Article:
Judy O. Sims always intended to join her husband full-time at their fledgling business, a vendor of personal-computer programs called Software Spectrum Inc. But in 1985, when it came time for her to leave her job at the Dallas office of Grant Thornton, it wasn't easy. She had worked hard to become a partner at the accounting firm, and she felt some guilt for turning her back on the women who looked to her as a role model. "It was difficult knowing I was walking away from all of that and into something where the future was a lot less secure," she says.
Dangerous as it may have seemed at the time, Sims's decision to take the plunge turned out to be a smart one. Based in Garland, Tex., Software Spectrum has been on a rocket ride, soaring to No. 2 in U.S. sales of business software such as Lotus 1-2-3 and Windows. It trails only giant retailer Egghead Inc. After BUSINESS WEEK's 1992 rankings were compiled, it reported $158.9 million in revenue for the year ended Mar. 31. Profits soared 98%, to $3.8 million. CEO Sims, 39, handles most of the day-to-day business. Husband Richard, 37, is president. He heads the sales force.
In a business where everyone sells the same products, Software Spectrum has found an edge in low costs, low prices, and good service. Through its extensive software data base, the company has established a reputation in the industry for tracking down hard-to-find software packages, such as On Time For Windows for a Baxter Healthcare Corp. local-area network. "They bent over backward to find that oddball software for us," says Glen Jurmann, Baxter's section manager for office technology.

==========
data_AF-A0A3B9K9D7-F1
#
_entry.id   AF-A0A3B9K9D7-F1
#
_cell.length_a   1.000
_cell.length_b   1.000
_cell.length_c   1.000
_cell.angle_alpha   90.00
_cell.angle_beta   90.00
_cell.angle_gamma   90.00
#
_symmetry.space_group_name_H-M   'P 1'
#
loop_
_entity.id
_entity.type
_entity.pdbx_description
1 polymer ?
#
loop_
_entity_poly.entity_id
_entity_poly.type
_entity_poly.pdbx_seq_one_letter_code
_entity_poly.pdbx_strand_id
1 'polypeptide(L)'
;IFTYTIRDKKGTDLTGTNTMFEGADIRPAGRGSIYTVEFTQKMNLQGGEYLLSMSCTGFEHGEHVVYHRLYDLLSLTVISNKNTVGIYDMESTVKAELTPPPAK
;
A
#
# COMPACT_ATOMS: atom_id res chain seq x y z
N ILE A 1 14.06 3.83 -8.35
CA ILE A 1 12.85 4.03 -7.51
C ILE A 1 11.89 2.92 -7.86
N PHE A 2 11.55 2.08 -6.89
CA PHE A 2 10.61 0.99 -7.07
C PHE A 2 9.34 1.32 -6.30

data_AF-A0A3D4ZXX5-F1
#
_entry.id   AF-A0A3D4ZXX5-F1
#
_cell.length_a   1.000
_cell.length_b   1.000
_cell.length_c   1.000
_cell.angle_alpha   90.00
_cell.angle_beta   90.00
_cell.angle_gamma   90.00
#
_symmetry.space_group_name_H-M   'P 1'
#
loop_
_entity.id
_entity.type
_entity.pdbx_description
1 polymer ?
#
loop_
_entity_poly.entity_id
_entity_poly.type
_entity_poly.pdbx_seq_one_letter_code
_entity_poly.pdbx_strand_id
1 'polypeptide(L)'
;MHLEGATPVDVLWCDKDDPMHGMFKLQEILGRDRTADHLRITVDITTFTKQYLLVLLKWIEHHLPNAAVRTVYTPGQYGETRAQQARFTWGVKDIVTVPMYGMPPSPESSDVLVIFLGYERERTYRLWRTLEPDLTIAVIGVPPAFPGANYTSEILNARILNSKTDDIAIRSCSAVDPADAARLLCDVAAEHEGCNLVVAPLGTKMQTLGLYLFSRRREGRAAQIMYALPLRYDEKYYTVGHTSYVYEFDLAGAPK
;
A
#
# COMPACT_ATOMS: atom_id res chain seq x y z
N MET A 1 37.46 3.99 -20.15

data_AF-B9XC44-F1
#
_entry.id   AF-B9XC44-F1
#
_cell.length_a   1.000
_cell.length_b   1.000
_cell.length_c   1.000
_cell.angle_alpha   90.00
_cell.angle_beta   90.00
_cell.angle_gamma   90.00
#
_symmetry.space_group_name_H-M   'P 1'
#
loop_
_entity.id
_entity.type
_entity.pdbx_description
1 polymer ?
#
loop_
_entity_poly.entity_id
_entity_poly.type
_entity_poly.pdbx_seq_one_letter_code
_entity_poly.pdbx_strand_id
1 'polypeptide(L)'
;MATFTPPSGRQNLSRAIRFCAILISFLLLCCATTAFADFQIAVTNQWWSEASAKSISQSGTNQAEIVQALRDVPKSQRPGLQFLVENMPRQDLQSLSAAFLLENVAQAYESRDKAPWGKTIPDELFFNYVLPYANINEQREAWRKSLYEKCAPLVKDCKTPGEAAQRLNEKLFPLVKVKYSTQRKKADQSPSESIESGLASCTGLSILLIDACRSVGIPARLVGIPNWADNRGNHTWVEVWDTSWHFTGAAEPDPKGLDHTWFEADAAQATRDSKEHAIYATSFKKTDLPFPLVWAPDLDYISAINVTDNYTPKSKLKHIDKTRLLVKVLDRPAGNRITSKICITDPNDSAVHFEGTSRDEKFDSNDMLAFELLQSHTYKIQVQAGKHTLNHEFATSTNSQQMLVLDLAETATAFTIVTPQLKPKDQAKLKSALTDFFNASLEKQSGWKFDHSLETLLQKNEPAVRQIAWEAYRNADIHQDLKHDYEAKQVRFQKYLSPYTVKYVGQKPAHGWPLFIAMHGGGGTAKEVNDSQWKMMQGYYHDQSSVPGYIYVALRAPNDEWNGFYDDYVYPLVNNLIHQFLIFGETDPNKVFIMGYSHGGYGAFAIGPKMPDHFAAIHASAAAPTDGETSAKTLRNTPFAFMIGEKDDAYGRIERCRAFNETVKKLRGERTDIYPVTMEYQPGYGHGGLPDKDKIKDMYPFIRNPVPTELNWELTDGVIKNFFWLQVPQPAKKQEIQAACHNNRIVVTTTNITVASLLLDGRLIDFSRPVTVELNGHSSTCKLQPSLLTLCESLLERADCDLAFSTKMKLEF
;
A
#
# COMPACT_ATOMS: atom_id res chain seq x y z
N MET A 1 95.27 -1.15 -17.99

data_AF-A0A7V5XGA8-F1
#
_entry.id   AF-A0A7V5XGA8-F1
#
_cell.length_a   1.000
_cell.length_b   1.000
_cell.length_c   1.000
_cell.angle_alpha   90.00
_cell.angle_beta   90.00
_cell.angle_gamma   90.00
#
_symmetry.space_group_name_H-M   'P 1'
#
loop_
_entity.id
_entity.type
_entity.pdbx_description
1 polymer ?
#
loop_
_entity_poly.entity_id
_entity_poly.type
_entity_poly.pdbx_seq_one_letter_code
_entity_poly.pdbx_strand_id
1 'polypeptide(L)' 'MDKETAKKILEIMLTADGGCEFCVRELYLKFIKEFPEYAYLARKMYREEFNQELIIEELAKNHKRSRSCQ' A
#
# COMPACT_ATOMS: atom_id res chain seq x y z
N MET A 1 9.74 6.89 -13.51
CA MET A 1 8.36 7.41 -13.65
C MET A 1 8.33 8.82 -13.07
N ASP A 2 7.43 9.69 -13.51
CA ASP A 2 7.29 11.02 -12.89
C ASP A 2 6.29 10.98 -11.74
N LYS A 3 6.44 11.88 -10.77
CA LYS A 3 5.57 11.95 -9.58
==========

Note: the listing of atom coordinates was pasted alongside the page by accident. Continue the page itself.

The Simses, along with partner Frank Tindle, now retired, entered the software business with a pair of retail outlets. The three CPAs scraped together $40,000 for the startup. But it didn't take long to figure out that large corporate clients were a more lucrative target than the general public and small businesses. They quickly switched to direct sales and dumped the stores in 1989.
`SUBSTANTIAL LEAD.' Now, the Simses are looking for new ways to fuel growth. One area may be the European market, where major rival Corporate Software Inc. is already well entrenched. Says its CEO, Morton H. Rosenthal: "They can enter the market, but it's going to be tough because we have a pretty substantial lead."
That doesn't faze Judy Sims, who is not easily intimidated by competitors--or stereotypes. "It's easier for some women to feel their chances to succeed are not the same as a man's," she says. "But if you hang in there and do what you're supposed to be doing--conducting business--you can succeed."